Righteous anger is a weapon against sin, intolerance of it, a desire to drive the sin away whenever it appears. And when we see sin in another person, righteous anger also does not tolerate it, and we are ready to attack this other person's sin with all the righteousness of our anger. In the history of the Church, there are cases when Chrishians, guided by righteous anger, fought not only their own sins, but also those of their neighbors, helping others to break free from the Devil's thrall.
However, for an inexperienced evil fighter, righteous anger can hold a serious danger. When we confront sin and come at it with all our might, it is too easy to direct the weapon of our anger on a neighbor himself, instead of his sins. And such anger can no longer be called righteous.
To avoid this sort of mistake in online disputes, there is a simple and very effective way: as soon you've raised your hands to the keyboard, when the fiery diatribe is already rushing through your mind and you hurry to type it all down - then stop and take a deep breath.
Breathe in and out, and then slowly remove your fingers from the buttons with letters. Now look around and think about one very important thing that people often forget in the heat of arguments. Those people I am prepared to condemn - do I really wish the best for them? Or am I saying all these things to humour my own pride? Do I truly feel sorry for my brothers ensnared by the Enemy? Do I love them now, those who blaspheme on the Internet? Or am I prepared to bring down the full force of my anger on them - just to get some vengeance for myself?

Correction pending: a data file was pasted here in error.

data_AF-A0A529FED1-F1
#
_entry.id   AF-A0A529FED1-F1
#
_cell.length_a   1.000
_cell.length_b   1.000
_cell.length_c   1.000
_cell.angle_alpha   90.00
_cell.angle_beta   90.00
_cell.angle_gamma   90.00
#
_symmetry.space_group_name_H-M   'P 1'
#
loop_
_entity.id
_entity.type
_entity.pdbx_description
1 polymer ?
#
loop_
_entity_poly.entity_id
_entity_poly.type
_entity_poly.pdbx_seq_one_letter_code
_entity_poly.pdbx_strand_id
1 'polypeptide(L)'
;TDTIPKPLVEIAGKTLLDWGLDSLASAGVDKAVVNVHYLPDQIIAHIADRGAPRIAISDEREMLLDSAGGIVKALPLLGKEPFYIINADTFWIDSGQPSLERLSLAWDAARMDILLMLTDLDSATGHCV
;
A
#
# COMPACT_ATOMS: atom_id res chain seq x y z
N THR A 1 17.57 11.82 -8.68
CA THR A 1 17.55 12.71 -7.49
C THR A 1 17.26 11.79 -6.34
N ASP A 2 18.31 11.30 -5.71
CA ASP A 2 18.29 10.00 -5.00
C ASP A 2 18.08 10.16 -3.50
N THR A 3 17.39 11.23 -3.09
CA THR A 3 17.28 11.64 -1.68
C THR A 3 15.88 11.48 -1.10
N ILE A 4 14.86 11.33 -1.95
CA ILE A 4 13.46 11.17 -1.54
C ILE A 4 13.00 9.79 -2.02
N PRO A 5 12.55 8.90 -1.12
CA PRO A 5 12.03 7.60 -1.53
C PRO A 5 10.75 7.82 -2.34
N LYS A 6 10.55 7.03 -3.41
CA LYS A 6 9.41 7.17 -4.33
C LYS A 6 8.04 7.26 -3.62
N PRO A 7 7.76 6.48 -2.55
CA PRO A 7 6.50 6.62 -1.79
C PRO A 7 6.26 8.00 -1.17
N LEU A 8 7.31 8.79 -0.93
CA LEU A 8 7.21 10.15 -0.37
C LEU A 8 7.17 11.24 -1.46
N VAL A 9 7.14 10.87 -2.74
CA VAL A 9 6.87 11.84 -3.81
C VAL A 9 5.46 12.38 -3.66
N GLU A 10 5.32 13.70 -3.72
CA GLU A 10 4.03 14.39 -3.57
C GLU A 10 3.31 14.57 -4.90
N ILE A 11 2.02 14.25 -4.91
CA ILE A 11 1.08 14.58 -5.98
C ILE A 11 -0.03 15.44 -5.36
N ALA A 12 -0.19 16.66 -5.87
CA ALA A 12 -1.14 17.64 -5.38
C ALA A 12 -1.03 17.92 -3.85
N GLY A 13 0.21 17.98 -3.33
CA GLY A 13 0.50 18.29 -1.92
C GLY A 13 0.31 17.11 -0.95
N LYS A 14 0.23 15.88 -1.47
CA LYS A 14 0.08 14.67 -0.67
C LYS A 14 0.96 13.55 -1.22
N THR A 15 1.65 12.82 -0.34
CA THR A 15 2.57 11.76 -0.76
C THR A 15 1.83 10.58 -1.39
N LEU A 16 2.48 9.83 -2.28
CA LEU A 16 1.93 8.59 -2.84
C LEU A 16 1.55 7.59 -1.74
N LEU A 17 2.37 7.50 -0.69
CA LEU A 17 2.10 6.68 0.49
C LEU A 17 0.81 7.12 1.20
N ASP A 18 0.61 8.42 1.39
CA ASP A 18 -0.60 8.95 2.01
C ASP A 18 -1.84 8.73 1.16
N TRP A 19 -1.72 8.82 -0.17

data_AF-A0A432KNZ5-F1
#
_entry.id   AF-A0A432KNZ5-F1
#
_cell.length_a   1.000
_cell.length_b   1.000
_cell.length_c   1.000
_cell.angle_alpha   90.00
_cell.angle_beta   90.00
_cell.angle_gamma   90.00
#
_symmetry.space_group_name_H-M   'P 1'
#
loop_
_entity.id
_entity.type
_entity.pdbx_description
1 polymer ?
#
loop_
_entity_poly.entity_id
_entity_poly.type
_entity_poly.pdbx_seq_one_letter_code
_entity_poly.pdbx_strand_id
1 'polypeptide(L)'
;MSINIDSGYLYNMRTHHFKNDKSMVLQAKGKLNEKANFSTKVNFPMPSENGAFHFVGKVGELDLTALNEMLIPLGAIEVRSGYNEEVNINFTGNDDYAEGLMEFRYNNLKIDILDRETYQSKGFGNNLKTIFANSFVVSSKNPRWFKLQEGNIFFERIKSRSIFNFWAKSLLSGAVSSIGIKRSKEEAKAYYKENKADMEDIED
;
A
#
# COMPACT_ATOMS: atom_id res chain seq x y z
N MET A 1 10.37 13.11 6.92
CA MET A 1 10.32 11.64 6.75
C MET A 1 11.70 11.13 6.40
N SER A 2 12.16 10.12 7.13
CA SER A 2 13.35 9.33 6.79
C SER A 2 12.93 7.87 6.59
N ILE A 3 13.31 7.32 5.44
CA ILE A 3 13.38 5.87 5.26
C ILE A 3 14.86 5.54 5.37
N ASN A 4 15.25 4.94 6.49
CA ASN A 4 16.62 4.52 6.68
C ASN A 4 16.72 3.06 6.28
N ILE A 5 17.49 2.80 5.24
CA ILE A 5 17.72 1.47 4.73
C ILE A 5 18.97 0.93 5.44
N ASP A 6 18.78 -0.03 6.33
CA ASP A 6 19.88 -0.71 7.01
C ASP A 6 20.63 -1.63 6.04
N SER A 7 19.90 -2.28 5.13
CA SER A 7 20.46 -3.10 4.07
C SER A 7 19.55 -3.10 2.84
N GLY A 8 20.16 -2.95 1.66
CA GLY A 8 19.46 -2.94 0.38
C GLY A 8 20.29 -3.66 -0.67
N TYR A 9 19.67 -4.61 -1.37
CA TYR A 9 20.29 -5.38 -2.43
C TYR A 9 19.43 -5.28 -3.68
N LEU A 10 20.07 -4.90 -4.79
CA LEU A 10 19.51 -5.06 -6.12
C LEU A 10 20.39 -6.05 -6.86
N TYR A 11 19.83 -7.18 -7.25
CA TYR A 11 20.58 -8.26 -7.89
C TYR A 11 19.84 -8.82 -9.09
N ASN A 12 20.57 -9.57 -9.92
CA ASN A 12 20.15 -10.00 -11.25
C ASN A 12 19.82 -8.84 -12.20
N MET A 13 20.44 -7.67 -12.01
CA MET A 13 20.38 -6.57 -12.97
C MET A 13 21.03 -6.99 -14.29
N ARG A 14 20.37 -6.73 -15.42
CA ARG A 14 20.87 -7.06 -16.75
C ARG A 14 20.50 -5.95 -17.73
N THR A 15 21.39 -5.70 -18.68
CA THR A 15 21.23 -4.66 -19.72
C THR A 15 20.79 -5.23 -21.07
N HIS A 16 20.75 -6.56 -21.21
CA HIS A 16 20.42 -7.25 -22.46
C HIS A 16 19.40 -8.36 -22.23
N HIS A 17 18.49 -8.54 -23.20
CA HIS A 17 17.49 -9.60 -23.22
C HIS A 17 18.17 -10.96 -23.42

And if it turns out that I have no compassion and love for the person I am angry with, then this anger of mine is not righteous at all, but quite sinful. The one about which the apostle James wrote: Therefore, my beloved brethren, let every man be quick to hear, slow to speak, slow to anger, for the anger of man does not create the righteousness of God (James 1:19-20).
And finally, on this difficult issue, there are a few thoughts of another saint. Today they sound literally like instructions on the spiritual safety for all Orthodox Internet debaters and angry fighters for their faith:
"Christian wisdom is peaceful, and those who strive for it must be peaceful. A lover of wisdom should also be peaceful in relation to others, not to enter into a discussion of words, as the apostle teaches, which in no way serves to benefit, but only to upset the listeners. And if you need to stand up for the truth against those who attack it, you should do it with calm firmness, without irritation, so that you can then, like King David, say to yourself in conscience: I was at peace with those who hate the world."
It would be useful for each of us to print these words of St. Filaret of Moscow in large letters and pin them to the wall next to the computer. So that we remember them every time when the comment section goes wild, how a Christian should actually defend the truth of God.
Original article: https://radiovera.ru/instruktsiya-po-bezopasnosti.html